Music in Philately
There is perhaps but a very small proportion of the stamp collectors of this country that are aware of the fact that music has contributed in a small way to their hobby. The writer has met with three American pieces of music, which, from the appearance of their title-pages, are wedded to philately.
The first is the “Stamp Galop” by Arthur O’Leary. This piece was published by Oliver Ditson & Co., of Boston, in 1864. The title-pge is embellished by facsimiles of forty-three stamps, in their original colors. They are quite correct in their general appearance and some are representations of very rare stamps. The principal stamp-issuing countries of that period are represented. This title is no longer in use, as among the number of stamps are three of the United States, and the law making it an offense to print facsimiles of this country’s stamps has since gone into effect. To philatelists who have a library, this piece of music is quite an addition, and very few are fortunate enough to own a copy. There may possibly be copies in some of the old stocks of music, but it is doubtful, as they have been in demand of late and most of those remaining on hand have been sold. The price of this piece was sixty cents; the music is of a pleasing character, being spirited and lively.
The second piece is called “Postal Card Galop,” by Wm. H. Pond, Jr. It was published in 1875 by W.H. Pond & Co., of New York. The title-page is illuminated with a reproduction of the first issue of the U.S. Postal Card. It is an exact facsimile as regards color, size, and general appearance, but the wording is not exactly the same. On the face it says: “This is not a lawful U.S. Postal Card, and you may write the address and message where you like, and send it.” On the stamp there appears: “Not U.S. Postage. Not one cent.” The wording was changed so as to conform with the law and at the same time give a good illustration of the card. This is also a fine curiosity for collectors and will no doubt be in demand. The price of it is forty cents.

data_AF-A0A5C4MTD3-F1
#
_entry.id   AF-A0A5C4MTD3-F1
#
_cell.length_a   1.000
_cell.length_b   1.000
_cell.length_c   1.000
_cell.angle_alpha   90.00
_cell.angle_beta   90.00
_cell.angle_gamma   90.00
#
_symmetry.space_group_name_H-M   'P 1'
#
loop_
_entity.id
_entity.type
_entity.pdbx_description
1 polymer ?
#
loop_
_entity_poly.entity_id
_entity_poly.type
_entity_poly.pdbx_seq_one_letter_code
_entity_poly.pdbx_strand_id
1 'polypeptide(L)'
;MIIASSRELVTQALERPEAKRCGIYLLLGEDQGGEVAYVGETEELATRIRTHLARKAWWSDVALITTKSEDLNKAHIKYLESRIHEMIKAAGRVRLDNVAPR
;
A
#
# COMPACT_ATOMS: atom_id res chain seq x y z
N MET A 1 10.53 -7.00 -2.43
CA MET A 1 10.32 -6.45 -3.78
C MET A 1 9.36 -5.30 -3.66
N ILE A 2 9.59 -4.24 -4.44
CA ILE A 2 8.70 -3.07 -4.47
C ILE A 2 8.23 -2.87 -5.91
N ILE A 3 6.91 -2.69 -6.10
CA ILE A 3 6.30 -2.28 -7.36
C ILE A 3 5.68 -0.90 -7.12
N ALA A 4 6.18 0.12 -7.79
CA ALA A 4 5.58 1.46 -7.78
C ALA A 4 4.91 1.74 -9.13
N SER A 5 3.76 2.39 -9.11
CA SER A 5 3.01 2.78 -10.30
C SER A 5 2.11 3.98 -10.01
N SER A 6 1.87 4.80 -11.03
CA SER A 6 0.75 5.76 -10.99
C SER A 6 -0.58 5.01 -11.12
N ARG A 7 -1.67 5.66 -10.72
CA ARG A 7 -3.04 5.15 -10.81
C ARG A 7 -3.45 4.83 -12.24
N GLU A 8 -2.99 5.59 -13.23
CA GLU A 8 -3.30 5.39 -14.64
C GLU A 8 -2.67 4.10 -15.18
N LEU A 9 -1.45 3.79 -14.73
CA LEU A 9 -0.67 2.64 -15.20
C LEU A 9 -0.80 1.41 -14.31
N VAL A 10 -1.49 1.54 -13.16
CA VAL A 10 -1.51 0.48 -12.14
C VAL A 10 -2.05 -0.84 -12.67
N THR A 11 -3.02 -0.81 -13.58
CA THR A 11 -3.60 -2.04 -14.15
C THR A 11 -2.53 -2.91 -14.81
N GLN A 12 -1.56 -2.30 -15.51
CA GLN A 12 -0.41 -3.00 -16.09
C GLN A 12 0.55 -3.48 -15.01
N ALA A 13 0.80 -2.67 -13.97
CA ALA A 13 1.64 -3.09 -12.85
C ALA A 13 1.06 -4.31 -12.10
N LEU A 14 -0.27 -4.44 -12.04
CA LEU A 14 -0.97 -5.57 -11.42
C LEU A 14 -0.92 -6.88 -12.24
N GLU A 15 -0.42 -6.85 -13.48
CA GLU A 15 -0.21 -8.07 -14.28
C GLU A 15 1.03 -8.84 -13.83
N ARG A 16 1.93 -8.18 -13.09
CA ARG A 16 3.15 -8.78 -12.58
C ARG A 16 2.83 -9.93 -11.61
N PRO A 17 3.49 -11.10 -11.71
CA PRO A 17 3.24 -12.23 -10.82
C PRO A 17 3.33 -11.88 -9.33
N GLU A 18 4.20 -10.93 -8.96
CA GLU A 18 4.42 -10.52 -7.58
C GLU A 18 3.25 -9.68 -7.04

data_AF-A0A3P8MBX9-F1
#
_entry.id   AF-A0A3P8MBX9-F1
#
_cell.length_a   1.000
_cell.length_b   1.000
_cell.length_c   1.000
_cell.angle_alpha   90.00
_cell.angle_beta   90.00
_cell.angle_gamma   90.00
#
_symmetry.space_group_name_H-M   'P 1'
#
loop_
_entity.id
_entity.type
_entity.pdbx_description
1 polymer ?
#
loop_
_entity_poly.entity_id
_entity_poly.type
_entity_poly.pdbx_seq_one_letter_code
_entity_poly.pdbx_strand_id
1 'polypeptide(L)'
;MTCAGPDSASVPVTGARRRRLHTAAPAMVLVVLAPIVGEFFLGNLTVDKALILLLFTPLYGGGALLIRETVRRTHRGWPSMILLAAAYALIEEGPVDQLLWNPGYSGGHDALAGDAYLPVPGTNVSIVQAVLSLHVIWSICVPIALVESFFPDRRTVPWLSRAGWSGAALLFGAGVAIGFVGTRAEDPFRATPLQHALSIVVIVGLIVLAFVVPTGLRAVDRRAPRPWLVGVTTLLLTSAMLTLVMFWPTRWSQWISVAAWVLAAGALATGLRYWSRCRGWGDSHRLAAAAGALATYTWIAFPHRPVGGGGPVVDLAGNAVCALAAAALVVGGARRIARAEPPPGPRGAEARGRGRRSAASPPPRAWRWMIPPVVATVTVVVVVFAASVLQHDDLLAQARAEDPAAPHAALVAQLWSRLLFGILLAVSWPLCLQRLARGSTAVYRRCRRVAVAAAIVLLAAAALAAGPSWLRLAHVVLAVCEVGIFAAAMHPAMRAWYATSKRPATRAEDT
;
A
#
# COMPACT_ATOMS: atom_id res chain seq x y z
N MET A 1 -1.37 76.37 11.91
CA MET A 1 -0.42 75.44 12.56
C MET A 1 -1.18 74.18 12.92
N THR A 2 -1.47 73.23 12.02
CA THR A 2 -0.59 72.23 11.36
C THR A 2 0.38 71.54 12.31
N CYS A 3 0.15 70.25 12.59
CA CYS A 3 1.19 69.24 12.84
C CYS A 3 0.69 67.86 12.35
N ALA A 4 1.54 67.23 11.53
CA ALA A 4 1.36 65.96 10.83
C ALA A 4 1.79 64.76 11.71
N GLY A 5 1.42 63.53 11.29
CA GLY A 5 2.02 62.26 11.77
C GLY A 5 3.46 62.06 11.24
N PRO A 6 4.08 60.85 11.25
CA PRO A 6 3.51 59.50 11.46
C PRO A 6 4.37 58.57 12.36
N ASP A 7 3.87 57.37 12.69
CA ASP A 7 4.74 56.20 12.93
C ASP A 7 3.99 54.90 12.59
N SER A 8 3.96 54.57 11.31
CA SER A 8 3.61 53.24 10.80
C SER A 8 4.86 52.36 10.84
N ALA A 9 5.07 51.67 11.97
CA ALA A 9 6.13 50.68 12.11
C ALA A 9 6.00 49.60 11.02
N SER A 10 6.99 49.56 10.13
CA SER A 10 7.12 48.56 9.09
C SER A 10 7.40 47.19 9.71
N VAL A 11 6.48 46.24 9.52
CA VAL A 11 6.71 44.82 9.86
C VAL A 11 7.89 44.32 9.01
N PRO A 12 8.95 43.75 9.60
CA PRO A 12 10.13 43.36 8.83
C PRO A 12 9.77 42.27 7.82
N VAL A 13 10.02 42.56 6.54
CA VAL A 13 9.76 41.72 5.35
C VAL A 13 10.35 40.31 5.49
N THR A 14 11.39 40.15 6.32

The third piece is a song entitled “Good-Bye Old Stamp. Song and chorus, by Uncle Sam, author of all the stamps; words by Sam, Jr.” It was issued in 1883 when the old three-cents green was succeeded by the present two-cents stamp. The publishers are H.S. Perkins & Co., Chicago. On the title-page, in the center is printed, in green, a large three-cents stamp, about three times as large as the original stamp. Above the center is the inscription: “To those who buy, by those who bought,” followed by an epitaph which says:
“By an Act of Congress into being I came,
With a smiling face and a noble name.
I met my death by an act of the same,
In March ’83, I say to my shame.”
There is also a stamp of the original size in each corner, making five in all on the title-page. Above the first page of music is a condensed history of postage and stamps. The words of the song are very humorous, and all musical collectors when they hear of it will want a copy, which may be had for forty cents. The words of this song will be found familiar by many collectors, as they were published in most of the philatelic papers about the time of the old stamp’s demise. The writer has heard of several foreign pieces of music that are of interest to philatelists, but has not been able to obtain copies of them, or information concerning them. Should any of my readers chance to know of any other music of a philatelic nature, either American or foreign, the writer would be thankful for such information as they can afford.